April 17, 2006- "WHAT HAPPENED TO THE DINOSAURS AND AMMONITES IN NORTH TEXAS?" Dinosaurs ruled the earth for 160 million years. They were arguably the most successful species that ever lived. We know that they were here in North Texas because they left their tracks in the tidal flats and river deltas of the Cretaceous seas that waxed and waned across this part of Texas during the late Mesozoic. And, while the dinosaurs were lords of the land, ammonites pretty much had their way in the seas. We know for sure that the ammonites were here, too, because we can find fossilized remains of their beautiful and intricately coiled bodies in abundance in the cretaceous limestone deposits exposed here in Tarrant county. While the dinosaurs and ammonites ruled, lesser creatures hid in the rocks and crevices of the earth or burrowed into the mud of the sea bed to wait their turn. Then, 65 million years ago, their turn came. In a geological blink of an eye, nighttime came to the cretaceous and, not only the dinosaurs and ammonites, but seventy five percent of all life on earth vanished never to be seen again.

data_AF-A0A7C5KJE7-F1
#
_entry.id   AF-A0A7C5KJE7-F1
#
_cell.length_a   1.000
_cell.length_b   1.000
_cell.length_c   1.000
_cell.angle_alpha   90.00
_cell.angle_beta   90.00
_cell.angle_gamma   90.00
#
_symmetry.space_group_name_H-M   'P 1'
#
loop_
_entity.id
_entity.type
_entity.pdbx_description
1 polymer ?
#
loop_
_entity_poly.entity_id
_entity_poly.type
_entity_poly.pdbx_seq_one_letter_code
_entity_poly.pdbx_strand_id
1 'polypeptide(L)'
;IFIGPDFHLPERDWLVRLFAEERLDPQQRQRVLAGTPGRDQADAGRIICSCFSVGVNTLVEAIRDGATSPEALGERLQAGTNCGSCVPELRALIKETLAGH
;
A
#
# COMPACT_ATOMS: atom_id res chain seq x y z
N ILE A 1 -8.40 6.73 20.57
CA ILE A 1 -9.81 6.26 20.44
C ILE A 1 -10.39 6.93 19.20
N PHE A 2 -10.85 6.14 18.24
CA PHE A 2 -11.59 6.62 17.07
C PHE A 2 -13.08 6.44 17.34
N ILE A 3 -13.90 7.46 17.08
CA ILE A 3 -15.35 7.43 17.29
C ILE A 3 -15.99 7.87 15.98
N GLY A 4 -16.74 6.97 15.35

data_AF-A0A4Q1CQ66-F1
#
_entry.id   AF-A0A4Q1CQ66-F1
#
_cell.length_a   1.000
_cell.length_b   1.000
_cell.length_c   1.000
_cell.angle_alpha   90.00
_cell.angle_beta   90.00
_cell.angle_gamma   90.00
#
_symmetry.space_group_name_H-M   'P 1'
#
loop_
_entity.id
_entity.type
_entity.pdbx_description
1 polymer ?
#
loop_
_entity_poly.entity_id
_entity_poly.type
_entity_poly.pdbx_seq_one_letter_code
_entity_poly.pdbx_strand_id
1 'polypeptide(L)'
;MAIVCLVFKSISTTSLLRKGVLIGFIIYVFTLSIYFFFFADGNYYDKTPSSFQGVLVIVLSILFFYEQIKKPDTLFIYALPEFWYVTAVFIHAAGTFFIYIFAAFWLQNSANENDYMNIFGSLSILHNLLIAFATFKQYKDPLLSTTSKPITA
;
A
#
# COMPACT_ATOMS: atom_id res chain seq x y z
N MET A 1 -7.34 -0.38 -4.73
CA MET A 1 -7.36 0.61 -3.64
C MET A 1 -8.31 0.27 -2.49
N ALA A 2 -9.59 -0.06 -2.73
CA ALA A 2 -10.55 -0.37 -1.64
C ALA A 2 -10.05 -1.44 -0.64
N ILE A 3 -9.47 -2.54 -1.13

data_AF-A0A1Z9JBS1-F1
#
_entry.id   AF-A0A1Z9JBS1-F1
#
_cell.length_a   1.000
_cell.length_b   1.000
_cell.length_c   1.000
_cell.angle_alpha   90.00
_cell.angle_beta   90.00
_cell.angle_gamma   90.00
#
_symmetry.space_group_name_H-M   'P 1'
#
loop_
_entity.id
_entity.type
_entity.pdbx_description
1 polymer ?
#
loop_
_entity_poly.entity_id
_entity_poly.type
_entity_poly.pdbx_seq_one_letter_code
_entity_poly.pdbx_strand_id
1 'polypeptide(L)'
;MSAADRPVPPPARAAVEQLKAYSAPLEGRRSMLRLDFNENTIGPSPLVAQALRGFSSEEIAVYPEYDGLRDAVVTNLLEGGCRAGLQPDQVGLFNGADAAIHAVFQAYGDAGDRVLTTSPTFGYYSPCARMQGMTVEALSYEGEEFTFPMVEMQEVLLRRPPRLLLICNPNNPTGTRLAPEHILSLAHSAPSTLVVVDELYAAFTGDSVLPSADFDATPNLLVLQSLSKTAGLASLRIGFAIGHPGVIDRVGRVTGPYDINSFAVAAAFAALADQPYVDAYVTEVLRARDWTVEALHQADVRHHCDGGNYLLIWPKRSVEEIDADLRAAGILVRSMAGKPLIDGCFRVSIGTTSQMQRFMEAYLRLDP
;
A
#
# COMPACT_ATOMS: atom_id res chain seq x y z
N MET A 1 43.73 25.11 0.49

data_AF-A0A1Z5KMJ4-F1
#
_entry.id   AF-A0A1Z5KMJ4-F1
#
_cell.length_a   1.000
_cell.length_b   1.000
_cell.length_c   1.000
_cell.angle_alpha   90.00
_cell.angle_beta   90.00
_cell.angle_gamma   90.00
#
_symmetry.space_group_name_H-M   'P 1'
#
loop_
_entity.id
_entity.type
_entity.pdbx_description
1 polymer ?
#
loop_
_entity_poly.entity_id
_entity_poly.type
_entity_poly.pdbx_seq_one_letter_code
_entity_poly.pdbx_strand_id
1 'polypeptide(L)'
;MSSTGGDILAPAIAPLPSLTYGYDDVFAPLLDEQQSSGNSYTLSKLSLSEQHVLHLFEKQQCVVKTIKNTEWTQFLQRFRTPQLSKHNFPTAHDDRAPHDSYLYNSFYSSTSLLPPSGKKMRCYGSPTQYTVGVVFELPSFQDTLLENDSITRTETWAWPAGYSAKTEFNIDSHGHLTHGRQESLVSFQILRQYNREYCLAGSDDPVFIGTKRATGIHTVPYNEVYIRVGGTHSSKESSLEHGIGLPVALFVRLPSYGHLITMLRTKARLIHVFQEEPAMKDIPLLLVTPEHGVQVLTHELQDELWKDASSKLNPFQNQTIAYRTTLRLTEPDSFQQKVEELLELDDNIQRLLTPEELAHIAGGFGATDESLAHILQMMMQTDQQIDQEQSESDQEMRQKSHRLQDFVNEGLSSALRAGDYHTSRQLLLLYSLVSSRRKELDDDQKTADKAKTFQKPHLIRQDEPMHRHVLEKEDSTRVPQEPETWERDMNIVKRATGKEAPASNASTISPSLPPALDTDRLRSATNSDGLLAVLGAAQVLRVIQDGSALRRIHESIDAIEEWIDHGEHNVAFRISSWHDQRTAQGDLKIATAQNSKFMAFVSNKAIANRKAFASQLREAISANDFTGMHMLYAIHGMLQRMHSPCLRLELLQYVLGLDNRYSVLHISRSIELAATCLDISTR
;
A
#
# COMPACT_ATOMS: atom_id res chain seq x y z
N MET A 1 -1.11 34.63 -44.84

What happened 65 million years ago to change the course of life on earth forever? That question has been hotly debated by scientists for the past 150 years, and many theories have emerged and been discarded for lack of evidence. But evidence keeps turning up in support of one theory - that is, that a large body from space, the size of Mount Everest or larger, impacted into the Southwestern Gulf of Mexico. This event is believed to have been capable of causing such world wide devastation that only small creatures who could burrow into the deeper crevices of the earth, live on dung and such and hibernate for long periods of time could have survived. Come to the April meeting and see an excellent film about the gathering of evidence in support of the impact theory of dinosaur extinction, and then make up your own mind about whether to accept it or not.